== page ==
All the plaintiffs and defendant were taken care of and supported by their mother Josefa Ara, including their education, since their respective birth and were all united and lived as one family even up to the death and burial of their said mother, Josefa Ara. Their mother had acknowledged all of them as her children throughout all her life directly, continuously, spontaneously and without concealment.66
Thus, the Court of Appeals found that the Trial Court had erred in allowing petitioners to prove their illegitimate filiation through the open and continuous possession of the status of illegitimate children after the death of the putative parent:
However, the trial court's finding cannot be sustained. Even granting for the sake of argument that appellants Romeo F. Ara and William Garcia did enjoy open and continuous possession of the status of an illegitimate child, still, they should have proven this during the lifetime of the putative parent. Article 285 of the Civil Code provides the period for filing and (sic) action for recognition as follows:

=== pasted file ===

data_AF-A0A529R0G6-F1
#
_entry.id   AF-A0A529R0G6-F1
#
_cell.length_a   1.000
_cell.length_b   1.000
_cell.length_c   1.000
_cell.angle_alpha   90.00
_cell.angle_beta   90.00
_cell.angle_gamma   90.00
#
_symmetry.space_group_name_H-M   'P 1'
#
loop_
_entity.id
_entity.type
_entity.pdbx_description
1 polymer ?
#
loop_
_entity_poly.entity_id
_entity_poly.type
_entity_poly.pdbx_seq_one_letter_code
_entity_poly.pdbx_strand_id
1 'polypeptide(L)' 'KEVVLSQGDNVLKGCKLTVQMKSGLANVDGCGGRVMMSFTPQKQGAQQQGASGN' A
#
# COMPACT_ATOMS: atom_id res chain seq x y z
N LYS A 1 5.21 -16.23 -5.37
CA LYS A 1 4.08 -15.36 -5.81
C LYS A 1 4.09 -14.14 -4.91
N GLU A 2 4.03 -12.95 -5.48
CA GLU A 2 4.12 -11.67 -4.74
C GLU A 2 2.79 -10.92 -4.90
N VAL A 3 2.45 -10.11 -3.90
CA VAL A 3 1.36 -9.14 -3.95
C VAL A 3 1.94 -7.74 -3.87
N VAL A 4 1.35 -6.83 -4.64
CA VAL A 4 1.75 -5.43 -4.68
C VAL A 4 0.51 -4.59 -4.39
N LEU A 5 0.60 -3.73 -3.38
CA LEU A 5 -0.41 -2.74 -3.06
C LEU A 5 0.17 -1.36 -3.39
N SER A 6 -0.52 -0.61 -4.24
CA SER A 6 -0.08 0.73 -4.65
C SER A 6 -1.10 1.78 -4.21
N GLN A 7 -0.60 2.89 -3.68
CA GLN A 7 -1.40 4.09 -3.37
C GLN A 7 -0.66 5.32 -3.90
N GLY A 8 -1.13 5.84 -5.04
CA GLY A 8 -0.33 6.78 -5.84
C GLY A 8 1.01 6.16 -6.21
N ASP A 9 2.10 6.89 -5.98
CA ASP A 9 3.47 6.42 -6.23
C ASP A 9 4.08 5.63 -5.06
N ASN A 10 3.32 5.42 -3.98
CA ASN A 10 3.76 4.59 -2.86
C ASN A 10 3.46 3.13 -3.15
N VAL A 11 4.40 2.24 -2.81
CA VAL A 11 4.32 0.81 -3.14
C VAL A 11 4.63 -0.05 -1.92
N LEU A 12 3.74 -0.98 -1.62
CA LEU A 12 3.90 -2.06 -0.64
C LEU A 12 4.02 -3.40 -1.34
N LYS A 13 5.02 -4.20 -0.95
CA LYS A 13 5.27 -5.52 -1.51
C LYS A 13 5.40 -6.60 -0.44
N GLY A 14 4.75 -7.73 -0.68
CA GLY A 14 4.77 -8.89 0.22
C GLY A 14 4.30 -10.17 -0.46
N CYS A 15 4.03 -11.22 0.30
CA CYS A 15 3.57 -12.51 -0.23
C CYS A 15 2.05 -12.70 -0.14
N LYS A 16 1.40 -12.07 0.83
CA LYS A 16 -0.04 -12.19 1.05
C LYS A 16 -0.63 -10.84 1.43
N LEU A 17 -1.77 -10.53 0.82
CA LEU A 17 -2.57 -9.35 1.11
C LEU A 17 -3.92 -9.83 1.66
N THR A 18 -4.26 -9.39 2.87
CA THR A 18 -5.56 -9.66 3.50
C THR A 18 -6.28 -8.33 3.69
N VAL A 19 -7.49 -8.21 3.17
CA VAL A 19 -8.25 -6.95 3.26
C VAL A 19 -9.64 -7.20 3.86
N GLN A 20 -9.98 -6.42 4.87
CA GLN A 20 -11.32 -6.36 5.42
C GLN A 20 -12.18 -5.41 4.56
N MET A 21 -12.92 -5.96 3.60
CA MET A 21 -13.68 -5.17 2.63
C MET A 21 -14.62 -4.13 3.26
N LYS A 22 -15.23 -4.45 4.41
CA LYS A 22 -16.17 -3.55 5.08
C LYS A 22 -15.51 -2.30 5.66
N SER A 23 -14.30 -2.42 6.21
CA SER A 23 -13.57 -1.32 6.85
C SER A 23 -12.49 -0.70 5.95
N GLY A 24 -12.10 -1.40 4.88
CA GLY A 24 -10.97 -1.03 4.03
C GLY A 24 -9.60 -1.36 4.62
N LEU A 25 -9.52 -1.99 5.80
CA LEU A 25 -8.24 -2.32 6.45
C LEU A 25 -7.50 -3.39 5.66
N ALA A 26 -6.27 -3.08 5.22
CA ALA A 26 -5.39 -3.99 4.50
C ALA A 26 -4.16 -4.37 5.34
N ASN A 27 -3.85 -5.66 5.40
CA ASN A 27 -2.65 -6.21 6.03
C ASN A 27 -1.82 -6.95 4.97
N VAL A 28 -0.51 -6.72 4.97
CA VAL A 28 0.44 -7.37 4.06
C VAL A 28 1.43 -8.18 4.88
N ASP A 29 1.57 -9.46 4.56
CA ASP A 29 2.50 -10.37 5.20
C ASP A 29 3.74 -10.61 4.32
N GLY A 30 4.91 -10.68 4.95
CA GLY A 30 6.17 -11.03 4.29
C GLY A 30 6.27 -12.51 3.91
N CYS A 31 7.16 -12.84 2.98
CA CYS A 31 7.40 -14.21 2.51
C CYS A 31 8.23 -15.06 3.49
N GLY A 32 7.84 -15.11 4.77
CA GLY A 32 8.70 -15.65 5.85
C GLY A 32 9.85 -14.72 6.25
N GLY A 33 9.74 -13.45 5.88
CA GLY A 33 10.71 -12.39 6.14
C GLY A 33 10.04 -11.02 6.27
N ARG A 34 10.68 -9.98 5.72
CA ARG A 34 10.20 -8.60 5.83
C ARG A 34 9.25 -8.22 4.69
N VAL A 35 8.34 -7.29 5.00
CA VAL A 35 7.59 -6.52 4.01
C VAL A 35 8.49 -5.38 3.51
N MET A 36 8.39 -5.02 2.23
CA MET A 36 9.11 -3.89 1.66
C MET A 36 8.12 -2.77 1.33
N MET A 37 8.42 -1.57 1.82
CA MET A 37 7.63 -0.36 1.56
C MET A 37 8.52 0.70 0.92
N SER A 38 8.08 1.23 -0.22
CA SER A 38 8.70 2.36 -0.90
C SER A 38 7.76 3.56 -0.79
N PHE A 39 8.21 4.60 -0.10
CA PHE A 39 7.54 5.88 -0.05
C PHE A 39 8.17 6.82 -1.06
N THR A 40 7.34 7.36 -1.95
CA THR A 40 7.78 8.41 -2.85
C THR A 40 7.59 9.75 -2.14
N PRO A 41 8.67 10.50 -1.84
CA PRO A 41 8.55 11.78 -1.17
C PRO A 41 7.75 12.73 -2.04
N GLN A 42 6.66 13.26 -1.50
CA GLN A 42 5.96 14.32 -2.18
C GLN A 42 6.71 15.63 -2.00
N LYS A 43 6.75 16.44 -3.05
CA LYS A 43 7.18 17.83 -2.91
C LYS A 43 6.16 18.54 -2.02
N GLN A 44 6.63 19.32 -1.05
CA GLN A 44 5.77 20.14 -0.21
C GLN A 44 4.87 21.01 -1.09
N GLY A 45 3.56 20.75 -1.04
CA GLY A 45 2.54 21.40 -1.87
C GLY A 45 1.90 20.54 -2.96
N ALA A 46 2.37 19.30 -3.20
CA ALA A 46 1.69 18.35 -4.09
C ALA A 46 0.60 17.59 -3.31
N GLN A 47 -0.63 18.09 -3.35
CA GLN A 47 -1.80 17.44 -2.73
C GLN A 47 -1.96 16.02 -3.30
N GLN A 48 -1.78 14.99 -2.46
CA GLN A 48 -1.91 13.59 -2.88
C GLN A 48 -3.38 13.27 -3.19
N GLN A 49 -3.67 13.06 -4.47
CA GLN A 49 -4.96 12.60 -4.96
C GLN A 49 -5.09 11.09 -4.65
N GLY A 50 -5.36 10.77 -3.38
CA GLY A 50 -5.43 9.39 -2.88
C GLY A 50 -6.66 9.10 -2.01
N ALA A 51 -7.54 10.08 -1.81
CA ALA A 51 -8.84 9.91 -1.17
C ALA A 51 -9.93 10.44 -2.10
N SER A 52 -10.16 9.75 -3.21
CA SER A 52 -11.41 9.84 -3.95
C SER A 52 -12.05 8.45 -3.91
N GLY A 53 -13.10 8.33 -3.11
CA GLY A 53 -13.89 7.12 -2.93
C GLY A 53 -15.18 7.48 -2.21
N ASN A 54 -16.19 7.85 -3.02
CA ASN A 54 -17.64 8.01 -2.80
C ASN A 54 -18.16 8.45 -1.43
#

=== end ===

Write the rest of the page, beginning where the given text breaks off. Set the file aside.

ART. 285. The action for the recognition of natural children may be brought only during the lifetime of the presumed parents, except in the following cases:
(1) If the father or mother died during the minority of the child, in which case the latter may file the action before the expiration of four years from the attainment of his majority; (2) If after the death of the father or of the mother a document should appear of which nothing had been heard and in which either or both parents recognize the child.
In this case, the action must be commenced within four years from the finding of the document.
The two exceptions provided under the foregoing provision, have however been omitted by Articles 172, 173 and 175 of the Family Code, which We quote:
The law is very clear. If filiation is sought to be proved under the second paragraph of Article 172 of the Family Code, the action must be brought during the lifetime of the alleged parent. It is evident that appellants Romeo F. Ara and William Garcia can no longer be allowed at this time to introduce evidence of their open and continuous possession of the status of an illegitimate child or prove their alleged filiation through any of the means allowed by the Rules of Court or special laws. The simple reason is that Josefa Ara is already dead and can no longer be heard on the claim of her alleged sons' illegitimate filiation.67